Another element that made the adaptation trickier was the amount of research Fass had to do when preparing his performance. “My research list was a lot longer for this book than others that were three times the length,” he said.

As a standard course, an audiobook narrator notes any names or words in a book he needs to research in order to get the pronunciation correct. It Happened in Boston? takes place in art galleries and studios, where painters huddle, hone their craft, and worry about money -- a world painted by Greenan’s rich vocabulary.

Further complicating Fass’s research process is a plot element in which the book’s narrator, while ostensibly sitting quietly on a Boston park bench, experiences “reveries” that allow him to dip in and out of different time periods. 

“The lion’s share of terms I had to look up for pronunciation -- and, in some cases, meaning -- were arcane place names and historical figures (such as Gades, Gaugamela, Pollaiuolo, Sennacherib, and Tejekem), plus Latin and Greek terms, not to mention how Bostonians pronounce local street names and neighborhoods,” Fass said. “Tremont,” for instance, is pronounced differently in the Bronx than it is in Boston.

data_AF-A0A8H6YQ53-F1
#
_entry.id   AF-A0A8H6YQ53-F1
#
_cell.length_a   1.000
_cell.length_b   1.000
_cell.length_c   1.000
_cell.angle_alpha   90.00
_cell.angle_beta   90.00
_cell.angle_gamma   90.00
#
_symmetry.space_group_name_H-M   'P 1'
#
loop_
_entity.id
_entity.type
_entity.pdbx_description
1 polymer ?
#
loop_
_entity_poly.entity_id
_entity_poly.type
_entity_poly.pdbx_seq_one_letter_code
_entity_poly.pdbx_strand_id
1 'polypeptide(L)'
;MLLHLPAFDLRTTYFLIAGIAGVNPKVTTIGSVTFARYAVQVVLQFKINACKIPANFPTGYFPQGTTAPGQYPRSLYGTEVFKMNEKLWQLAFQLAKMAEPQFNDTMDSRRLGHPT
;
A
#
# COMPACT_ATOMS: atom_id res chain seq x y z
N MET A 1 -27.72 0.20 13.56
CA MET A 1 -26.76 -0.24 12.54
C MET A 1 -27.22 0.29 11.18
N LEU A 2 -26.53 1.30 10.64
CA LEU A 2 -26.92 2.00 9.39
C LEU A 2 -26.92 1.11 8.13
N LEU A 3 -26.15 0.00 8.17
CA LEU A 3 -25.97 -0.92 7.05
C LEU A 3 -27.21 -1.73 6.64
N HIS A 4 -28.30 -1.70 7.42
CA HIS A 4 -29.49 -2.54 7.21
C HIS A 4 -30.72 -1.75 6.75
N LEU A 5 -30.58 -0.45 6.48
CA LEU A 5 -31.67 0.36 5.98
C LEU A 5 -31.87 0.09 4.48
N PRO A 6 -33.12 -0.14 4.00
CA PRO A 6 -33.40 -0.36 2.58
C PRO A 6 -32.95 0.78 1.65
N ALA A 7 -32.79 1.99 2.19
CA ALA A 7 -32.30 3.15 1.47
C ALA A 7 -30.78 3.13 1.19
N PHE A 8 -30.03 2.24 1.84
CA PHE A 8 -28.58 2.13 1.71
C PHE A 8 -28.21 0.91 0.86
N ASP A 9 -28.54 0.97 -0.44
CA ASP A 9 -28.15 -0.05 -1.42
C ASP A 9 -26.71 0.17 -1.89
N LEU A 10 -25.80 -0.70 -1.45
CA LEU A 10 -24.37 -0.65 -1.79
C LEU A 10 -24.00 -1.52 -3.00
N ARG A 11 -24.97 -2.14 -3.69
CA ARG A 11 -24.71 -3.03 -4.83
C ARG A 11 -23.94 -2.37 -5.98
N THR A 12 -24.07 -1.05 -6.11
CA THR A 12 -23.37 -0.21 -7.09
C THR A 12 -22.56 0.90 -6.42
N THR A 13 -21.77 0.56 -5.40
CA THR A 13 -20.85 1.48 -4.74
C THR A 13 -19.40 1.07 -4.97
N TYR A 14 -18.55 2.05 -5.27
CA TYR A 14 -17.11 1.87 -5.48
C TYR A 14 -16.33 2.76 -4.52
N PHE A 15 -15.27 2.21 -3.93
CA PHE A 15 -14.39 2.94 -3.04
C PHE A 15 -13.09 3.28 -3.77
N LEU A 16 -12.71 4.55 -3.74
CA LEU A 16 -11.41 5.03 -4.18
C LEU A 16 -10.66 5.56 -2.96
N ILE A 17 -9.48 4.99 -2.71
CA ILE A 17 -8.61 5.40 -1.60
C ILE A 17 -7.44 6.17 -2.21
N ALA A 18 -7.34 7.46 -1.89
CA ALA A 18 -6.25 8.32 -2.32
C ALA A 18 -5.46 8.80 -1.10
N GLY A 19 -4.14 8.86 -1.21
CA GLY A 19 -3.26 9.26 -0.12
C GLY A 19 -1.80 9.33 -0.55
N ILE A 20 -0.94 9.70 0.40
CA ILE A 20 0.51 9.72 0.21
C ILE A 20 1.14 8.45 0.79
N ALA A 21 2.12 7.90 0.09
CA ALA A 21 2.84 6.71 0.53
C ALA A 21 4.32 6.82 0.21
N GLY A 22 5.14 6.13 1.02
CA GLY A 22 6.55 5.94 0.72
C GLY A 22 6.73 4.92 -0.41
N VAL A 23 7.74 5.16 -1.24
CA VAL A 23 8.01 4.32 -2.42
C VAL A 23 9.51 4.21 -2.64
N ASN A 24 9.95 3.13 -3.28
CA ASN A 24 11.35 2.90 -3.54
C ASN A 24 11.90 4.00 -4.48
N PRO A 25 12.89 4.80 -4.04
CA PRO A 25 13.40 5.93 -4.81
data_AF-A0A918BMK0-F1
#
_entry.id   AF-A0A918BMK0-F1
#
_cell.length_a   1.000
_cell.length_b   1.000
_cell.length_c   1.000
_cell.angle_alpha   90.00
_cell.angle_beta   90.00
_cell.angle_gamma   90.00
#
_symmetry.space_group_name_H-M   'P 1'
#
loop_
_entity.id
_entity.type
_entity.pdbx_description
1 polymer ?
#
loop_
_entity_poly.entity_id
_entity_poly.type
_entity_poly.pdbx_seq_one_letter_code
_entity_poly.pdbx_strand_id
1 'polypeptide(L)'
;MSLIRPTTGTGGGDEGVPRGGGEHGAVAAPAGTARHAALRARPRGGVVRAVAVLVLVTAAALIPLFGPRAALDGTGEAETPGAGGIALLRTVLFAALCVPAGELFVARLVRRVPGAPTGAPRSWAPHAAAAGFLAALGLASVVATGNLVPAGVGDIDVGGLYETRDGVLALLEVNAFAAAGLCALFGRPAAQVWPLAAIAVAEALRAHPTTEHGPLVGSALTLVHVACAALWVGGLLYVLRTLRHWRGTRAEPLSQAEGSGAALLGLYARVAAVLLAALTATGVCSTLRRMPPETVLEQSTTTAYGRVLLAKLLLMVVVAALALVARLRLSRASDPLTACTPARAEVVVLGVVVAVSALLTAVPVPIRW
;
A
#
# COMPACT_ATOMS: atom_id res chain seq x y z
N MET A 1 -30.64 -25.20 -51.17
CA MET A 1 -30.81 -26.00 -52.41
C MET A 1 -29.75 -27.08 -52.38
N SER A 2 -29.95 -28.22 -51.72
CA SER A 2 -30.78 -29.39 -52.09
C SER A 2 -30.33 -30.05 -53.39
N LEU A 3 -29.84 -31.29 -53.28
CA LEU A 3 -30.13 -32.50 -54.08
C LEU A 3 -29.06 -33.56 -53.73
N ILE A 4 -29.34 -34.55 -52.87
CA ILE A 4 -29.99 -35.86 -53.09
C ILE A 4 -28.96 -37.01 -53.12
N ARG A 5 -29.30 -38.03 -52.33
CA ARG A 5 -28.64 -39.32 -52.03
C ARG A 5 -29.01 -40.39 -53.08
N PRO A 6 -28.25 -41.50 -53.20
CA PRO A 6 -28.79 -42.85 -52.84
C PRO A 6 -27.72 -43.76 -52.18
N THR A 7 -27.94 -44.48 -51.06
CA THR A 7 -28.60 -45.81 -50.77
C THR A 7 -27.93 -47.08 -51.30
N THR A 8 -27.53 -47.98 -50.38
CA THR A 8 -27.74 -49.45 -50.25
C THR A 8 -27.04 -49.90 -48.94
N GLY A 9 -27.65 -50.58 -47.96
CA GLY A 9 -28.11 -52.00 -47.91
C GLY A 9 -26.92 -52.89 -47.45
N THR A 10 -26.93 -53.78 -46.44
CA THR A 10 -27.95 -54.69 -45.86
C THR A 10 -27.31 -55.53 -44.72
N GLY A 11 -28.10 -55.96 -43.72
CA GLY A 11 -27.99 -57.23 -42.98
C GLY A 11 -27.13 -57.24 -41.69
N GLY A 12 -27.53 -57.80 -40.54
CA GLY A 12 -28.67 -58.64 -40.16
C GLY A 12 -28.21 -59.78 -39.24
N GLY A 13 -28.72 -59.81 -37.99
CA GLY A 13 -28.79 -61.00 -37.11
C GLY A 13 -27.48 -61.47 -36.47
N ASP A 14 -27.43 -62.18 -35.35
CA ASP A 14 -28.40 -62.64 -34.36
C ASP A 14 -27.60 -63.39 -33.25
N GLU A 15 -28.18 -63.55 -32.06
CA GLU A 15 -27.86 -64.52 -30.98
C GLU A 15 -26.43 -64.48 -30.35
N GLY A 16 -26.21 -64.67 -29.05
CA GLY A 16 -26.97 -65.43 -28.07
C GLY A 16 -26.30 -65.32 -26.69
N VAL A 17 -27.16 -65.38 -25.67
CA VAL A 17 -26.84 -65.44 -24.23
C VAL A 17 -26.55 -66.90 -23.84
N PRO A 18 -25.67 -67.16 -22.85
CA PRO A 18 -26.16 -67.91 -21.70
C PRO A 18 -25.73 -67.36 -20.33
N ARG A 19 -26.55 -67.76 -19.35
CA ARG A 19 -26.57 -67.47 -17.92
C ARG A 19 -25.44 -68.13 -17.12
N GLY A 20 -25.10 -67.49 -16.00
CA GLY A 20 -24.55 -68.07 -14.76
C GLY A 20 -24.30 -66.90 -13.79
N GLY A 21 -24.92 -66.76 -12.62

“The challenge is not to interrupt the flow or ‘point at’ such terms in the narration,” Fass said. “Rather to make them part of the natural speech and thoughts of this remarkable protagonist whose mind we enter.”

It’s a mind that Fass hopes numerous others will enter as well, and with the release of the book’s Kindle and Blurb versions, as well as his own audio production, they’ll now have that opportunity.